While the international community has looked forward to the world's largest economy and major trader in both goods and services implementing inclusive pro-trade measures to boost a balanced global recovery, the US has done the opposite by implementing discriminatory and distorting trade subsidy measures.
The measures the US will take under the Inflation Reduction Act constitute grave violations of the general principles of the World Trade Organization and relevant international laws, and disrupt the global industry, supply and value chains.
According to the act, the US will provide up to $369 billion in subsidies to support production and investment in electric vehicles, key minerals, clean energy and power generation facilities, with as many as nine tax breaks conditional on production and sales in the US or the rest of North America.
These are unequivocally discriminatory provisions that breach the WTO's basic principles of most-favored-nation treatment and national treatment. They constitute de facto import substitution subsidies and trade-related investment restrictions prohibited by the WTO. All these moves will benefit the US at the cost of seriously distorting global trade and the investment in relevant industries.
That's why these articles have been questioned and criticized by almost all countries since they were announced and why the act was the focus of discussions at a meeting of the Council for Trade in Goods of the World Trade Organization, held in Geneva last week.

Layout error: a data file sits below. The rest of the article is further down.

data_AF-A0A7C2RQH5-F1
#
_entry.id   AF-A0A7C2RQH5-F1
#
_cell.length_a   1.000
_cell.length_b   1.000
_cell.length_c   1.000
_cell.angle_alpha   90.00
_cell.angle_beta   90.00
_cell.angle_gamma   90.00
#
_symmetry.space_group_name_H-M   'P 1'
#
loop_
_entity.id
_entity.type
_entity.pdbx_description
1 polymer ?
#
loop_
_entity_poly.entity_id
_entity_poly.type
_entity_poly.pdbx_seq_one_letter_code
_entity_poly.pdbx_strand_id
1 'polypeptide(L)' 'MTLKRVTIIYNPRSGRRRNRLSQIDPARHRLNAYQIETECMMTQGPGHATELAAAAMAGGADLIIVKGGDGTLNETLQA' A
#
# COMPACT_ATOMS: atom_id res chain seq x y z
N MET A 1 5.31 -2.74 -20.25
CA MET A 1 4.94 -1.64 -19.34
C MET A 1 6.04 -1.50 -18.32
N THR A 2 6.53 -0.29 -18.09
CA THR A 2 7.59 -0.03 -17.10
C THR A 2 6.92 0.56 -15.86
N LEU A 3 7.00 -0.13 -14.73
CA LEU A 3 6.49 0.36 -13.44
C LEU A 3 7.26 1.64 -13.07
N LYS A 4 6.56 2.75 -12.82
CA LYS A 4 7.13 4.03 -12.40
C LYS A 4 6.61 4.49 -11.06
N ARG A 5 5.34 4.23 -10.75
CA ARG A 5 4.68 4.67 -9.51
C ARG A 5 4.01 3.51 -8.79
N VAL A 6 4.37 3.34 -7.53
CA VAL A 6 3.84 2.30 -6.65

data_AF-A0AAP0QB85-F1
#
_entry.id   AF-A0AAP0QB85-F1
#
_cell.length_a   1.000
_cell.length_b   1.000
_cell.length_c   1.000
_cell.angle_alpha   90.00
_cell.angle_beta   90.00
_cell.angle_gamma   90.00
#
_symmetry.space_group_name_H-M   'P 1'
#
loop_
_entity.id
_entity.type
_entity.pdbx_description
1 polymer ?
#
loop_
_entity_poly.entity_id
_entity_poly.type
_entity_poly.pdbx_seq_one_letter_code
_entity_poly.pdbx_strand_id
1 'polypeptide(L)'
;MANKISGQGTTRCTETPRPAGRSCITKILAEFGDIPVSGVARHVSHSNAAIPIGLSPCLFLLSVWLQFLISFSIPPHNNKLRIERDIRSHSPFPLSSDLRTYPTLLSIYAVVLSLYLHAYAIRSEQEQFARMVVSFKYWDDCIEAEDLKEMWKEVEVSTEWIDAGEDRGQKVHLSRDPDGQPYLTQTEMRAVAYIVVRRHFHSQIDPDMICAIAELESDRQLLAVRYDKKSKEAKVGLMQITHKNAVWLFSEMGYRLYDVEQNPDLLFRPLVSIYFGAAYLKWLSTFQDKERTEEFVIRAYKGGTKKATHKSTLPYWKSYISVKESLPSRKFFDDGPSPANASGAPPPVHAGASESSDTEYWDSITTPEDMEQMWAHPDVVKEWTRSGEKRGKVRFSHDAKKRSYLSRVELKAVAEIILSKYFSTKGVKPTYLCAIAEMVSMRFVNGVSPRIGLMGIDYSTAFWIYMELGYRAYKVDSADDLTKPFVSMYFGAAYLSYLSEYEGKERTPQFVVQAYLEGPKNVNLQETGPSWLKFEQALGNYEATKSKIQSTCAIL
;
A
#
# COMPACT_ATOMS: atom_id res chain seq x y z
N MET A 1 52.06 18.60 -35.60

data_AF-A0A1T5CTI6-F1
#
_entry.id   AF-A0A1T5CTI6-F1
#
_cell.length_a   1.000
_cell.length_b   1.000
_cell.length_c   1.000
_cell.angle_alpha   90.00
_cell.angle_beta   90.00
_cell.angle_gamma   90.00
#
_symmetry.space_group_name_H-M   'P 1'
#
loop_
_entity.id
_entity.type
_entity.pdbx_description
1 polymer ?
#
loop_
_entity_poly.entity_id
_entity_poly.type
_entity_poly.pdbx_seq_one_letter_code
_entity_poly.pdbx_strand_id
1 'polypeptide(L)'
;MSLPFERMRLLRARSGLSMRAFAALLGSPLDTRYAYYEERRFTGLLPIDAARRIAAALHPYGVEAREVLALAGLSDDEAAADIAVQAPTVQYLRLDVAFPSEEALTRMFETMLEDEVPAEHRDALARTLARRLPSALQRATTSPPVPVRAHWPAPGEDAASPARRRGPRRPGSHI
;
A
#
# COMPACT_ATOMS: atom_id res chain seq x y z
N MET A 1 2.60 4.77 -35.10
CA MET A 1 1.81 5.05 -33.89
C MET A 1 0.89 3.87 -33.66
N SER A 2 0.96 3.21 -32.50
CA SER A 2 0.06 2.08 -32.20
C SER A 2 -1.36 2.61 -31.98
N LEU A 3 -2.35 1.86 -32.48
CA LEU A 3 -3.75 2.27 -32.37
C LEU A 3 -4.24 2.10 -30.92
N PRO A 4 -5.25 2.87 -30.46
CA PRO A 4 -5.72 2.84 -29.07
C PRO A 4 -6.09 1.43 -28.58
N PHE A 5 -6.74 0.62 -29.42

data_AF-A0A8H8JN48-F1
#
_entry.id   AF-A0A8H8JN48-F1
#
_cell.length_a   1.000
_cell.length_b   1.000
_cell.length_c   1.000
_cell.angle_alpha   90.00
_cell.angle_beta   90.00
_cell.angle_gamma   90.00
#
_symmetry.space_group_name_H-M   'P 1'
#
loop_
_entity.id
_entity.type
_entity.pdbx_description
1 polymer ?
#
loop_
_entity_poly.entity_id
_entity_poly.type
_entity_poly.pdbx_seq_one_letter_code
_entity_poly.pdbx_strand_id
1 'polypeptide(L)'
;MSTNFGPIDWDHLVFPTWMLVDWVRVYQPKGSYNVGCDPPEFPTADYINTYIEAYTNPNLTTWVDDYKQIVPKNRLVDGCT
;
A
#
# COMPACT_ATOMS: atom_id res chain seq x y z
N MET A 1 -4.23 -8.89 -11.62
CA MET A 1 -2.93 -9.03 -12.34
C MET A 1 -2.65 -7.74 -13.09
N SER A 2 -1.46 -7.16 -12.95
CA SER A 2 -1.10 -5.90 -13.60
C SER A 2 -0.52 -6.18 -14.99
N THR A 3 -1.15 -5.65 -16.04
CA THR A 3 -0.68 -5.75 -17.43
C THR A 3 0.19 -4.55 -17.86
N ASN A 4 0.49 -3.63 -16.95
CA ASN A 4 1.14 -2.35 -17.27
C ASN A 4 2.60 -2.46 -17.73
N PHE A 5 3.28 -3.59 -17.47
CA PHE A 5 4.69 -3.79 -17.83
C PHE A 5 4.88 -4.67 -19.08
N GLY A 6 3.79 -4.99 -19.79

There is no doubt that these policies will trigger a beggar-thy-neighbor subsidy race, increase the risk of trade frictions among WTO members and undermine global efforts to tackle climate change.
These policies show that it is the US that is the rule-breaker. The US is not only violating WTO rules by weaponizing "national security" concerns and abusing export controls. It is also using "long-arm jurisdiction" to force other members to comply with its policies in violation of WTO rules. In doing so, it is pushing unilateralism to the extreme, seriously violating the basic principle of state sovereignty in international law, and is holding the rest of the world to ransom.
As urged by almost all other countries, including China, the US should abide by WTO rules and remove the discriminatory and distortive elements of the act, and honor the commitments it has made at the G20 Summit in Bali, Indonesia, and the Climate Change Conference in Sharm El-Sheikh, Egypt, this month, as well as its pledges that its policies on trade, industries and climate change should accord with WTO rules.
Its trade war, technology war and "wall building" and "decoupling" efforts will lead the world, including itself to ruin. The US should correct its wrong practices as soon as possible and work with other countries to maintain the stability of world supply chains and promote a global recovery.